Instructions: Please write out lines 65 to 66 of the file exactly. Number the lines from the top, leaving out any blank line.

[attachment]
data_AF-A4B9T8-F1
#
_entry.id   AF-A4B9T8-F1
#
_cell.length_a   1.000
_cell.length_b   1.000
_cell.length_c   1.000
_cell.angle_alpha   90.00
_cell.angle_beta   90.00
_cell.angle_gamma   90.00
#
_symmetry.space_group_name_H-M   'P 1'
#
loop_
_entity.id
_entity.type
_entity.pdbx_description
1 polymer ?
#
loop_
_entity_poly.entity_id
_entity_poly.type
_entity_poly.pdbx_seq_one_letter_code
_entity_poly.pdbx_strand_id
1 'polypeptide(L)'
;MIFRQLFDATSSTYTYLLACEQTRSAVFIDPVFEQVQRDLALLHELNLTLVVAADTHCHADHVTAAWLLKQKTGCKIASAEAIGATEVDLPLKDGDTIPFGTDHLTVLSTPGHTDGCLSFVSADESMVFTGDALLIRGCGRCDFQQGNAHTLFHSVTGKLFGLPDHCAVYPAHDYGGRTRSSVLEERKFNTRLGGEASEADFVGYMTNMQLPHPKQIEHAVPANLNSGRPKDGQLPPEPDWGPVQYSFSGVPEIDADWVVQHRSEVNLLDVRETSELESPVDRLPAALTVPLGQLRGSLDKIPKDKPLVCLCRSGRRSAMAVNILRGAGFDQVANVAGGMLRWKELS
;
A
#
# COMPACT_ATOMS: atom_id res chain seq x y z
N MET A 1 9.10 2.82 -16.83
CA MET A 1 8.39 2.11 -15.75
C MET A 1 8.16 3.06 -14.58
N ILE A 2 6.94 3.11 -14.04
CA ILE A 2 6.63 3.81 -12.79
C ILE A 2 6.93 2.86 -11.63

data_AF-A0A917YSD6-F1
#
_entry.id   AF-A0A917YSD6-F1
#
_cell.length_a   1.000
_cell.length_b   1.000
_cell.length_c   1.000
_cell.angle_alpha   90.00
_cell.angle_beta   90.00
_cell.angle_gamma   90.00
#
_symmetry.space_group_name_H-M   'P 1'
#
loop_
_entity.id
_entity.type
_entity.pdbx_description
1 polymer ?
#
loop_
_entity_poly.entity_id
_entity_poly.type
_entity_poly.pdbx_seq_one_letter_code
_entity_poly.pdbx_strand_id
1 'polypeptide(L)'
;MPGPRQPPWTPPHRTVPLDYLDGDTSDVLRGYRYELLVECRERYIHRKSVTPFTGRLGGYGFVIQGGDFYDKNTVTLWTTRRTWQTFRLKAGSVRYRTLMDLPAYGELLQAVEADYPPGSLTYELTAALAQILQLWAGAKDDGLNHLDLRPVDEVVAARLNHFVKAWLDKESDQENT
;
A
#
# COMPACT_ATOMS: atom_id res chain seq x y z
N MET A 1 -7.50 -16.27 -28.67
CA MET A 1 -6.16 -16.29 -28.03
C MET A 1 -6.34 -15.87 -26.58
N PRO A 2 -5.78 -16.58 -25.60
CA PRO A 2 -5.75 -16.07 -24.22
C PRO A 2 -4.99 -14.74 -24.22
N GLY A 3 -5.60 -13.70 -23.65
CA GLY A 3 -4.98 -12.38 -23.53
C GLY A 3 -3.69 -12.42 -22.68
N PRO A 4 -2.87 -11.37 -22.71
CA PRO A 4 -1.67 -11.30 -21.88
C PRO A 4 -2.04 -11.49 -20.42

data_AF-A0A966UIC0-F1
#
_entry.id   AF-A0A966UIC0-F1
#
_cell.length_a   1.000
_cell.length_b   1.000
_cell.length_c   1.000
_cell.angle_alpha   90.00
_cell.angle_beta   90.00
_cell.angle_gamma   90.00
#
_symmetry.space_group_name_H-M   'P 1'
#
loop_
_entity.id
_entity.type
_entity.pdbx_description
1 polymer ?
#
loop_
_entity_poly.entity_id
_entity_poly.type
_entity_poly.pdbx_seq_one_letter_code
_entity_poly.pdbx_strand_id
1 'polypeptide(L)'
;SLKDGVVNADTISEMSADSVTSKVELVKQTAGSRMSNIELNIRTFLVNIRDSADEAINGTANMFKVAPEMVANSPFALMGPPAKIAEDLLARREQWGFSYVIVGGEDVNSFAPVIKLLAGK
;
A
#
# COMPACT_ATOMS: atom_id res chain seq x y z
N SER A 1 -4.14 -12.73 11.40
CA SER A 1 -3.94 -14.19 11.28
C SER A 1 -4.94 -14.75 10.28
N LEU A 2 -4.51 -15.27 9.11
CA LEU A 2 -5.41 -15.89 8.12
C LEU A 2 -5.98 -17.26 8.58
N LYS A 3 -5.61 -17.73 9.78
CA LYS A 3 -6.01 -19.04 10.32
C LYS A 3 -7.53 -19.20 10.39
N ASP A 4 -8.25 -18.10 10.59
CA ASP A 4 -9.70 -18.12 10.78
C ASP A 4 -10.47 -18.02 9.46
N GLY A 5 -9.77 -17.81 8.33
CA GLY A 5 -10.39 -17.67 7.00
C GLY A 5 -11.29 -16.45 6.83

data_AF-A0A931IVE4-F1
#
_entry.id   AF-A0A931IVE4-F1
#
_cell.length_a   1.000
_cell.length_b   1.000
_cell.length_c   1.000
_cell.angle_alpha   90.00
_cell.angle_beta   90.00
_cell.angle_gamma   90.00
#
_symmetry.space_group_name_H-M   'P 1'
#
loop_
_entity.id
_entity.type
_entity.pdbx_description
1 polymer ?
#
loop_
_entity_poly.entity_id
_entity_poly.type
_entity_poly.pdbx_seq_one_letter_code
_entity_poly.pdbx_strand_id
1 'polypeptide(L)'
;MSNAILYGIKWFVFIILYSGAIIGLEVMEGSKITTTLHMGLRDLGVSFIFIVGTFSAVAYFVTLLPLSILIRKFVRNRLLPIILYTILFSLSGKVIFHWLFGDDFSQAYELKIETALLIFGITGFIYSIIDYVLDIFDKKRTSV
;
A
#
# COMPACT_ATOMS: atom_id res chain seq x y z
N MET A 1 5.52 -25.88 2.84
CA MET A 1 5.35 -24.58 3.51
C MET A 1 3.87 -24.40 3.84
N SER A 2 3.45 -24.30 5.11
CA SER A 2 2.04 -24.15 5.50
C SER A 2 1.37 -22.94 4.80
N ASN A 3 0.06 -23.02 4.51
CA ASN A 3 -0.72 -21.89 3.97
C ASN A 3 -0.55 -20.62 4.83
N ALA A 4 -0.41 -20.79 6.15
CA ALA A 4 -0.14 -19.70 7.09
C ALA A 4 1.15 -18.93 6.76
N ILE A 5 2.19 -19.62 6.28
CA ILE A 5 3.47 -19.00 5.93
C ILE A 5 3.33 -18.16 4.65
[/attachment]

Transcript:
#
# COMPACT_ATOMS: atom_id res chain seq x y z